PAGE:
In most cases, once the process of acquisition is complete, the said target company will not exist, and as it will be absorbed up by the acquirer. Hence, the acquired company will act as an indistinguishable part of the larger acquirer company. Whereas, in some instances, the target company may also operate as a separate unit under the said larger firm.

What are the Types of Acquisition?

The following listed are the types of Acquisition:

  • Friendly Acquisition: The term Friendly Takeover means the larger company offering a smaller company some kind of choice or control in the process of acquisition. Further, in the case of a friendly takeover, there is an agreement signed between the acquiring company and the target company. Lastly, this type of acquisition is normally done for the mutual benefit of both concerned companies.
  • Hostile Takeover: The term Hostile Takeover means the larger company has not given any choice or control to the smaller ones in the matter. Further, unlike a friendly takeover, no agreement is signed between the acquiring company and the target company in a hostile takeover. Hence, the acquiring company clandestinely acquires the said target company.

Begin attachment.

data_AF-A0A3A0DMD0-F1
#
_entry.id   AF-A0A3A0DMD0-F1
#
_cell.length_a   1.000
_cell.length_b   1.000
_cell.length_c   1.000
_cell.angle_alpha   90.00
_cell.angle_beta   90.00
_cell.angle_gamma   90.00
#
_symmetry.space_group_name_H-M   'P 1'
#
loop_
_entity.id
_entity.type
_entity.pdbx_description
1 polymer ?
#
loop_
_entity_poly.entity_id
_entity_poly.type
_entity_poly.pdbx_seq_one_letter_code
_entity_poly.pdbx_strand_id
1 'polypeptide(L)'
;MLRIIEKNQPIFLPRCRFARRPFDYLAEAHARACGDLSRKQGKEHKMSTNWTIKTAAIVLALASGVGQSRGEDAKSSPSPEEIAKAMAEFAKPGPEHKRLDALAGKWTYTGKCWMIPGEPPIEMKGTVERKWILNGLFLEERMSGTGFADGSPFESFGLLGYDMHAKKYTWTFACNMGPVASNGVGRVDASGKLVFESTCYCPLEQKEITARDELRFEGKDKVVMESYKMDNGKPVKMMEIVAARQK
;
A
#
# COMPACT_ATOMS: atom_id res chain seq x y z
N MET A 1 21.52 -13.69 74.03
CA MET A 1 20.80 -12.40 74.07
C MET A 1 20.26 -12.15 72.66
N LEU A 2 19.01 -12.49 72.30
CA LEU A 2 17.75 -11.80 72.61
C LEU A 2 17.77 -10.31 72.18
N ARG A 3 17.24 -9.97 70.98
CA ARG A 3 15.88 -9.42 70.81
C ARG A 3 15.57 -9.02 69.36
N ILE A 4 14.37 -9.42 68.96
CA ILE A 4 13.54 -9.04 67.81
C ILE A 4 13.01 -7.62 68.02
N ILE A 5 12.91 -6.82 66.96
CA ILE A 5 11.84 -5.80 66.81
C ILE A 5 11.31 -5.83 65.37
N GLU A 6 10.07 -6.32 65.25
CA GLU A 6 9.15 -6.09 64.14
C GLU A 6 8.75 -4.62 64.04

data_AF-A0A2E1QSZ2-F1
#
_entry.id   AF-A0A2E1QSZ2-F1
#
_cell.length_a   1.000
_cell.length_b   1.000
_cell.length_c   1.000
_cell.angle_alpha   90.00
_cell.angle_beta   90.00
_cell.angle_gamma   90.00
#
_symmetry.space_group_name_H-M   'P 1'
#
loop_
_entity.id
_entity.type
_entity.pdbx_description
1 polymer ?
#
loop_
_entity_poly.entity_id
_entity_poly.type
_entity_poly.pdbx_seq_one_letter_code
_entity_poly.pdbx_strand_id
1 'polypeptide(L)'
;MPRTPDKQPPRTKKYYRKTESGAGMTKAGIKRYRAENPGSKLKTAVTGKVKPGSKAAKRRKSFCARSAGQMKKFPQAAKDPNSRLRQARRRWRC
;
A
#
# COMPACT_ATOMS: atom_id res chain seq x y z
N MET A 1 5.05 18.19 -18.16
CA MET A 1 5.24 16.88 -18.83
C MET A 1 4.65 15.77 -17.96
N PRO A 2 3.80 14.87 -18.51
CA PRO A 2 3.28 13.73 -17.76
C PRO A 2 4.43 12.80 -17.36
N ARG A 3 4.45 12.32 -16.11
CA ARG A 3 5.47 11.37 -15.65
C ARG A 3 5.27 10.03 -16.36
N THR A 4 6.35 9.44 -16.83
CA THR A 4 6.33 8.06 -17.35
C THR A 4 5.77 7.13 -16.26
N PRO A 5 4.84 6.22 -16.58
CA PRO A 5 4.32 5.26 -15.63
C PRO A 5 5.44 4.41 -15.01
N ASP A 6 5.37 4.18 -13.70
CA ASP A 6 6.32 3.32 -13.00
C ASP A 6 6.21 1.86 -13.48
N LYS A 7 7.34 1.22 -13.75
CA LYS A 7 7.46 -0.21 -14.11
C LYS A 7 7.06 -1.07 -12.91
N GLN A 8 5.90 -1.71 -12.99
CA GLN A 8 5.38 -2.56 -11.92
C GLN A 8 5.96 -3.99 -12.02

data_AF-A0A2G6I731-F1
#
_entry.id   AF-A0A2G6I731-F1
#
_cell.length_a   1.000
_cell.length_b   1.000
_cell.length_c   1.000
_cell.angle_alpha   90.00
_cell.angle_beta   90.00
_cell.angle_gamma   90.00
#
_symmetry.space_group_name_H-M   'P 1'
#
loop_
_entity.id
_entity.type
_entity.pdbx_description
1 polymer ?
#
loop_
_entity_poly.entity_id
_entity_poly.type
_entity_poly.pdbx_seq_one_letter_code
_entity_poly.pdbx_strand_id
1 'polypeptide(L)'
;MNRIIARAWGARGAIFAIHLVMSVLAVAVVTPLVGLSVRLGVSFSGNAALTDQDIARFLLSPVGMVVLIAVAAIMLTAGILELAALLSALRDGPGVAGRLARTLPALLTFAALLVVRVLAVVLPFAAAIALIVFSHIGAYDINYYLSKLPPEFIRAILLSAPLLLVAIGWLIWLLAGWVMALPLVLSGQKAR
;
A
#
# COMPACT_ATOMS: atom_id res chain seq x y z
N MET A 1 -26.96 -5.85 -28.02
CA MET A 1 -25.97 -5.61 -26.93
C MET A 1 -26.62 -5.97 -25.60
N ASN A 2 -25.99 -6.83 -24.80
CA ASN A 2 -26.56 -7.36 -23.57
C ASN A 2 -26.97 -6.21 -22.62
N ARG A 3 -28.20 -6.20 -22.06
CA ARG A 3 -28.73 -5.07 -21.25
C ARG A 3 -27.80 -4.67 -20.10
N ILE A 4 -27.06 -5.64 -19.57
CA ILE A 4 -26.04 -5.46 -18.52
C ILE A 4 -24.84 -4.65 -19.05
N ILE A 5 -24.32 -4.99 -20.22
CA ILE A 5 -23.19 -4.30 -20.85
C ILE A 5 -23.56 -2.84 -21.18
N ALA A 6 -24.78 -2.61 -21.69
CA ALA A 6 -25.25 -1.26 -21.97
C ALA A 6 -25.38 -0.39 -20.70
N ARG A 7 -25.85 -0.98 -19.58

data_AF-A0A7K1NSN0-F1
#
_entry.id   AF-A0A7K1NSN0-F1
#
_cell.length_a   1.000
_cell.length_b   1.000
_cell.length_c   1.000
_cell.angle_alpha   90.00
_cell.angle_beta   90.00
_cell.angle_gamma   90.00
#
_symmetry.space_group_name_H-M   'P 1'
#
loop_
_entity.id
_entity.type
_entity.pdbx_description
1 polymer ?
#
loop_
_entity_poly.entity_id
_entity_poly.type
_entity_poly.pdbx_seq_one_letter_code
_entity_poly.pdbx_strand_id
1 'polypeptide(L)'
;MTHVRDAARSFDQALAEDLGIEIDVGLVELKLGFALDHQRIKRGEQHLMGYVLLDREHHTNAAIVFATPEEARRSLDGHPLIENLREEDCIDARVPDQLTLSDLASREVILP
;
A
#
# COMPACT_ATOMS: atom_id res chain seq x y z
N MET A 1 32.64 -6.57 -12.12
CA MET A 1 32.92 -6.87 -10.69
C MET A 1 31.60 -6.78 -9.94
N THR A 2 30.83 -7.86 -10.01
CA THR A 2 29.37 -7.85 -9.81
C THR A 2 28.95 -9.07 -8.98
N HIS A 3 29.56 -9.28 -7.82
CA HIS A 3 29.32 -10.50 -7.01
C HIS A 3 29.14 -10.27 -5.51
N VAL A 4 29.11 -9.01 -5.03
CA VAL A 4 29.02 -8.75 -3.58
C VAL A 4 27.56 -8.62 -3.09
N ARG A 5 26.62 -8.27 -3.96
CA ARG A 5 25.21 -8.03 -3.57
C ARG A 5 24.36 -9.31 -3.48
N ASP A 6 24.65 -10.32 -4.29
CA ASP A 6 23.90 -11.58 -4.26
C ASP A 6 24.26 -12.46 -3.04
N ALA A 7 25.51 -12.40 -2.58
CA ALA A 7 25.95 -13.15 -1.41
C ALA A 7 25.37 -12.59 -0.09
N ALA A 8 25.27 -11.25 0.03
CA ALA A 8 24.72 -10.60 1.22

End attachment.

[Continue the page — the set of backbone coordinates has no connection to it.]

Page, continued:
Usually, in this type of takeover, there is absolutely no or minimal mutual benefit involved. Moreover, this type of takeover takes place whenever the target company does not approve or gives its consent for the acquisition. Lastly, the majority of the stake or ownership is taken covertly to force the acquisition.

Example of Acquisition

One of the most famous examples of an acquisition would be the Walt Disney Corporation. In 2006, the Pixar Animation Studios was bought by the Walt Disney Corporation. In this case, the acquisition was a friendly acquisition, as all the shareholders of the Pixar’s shareholders approved the decision to be acquired.

What is the Meaning of the term Takeover?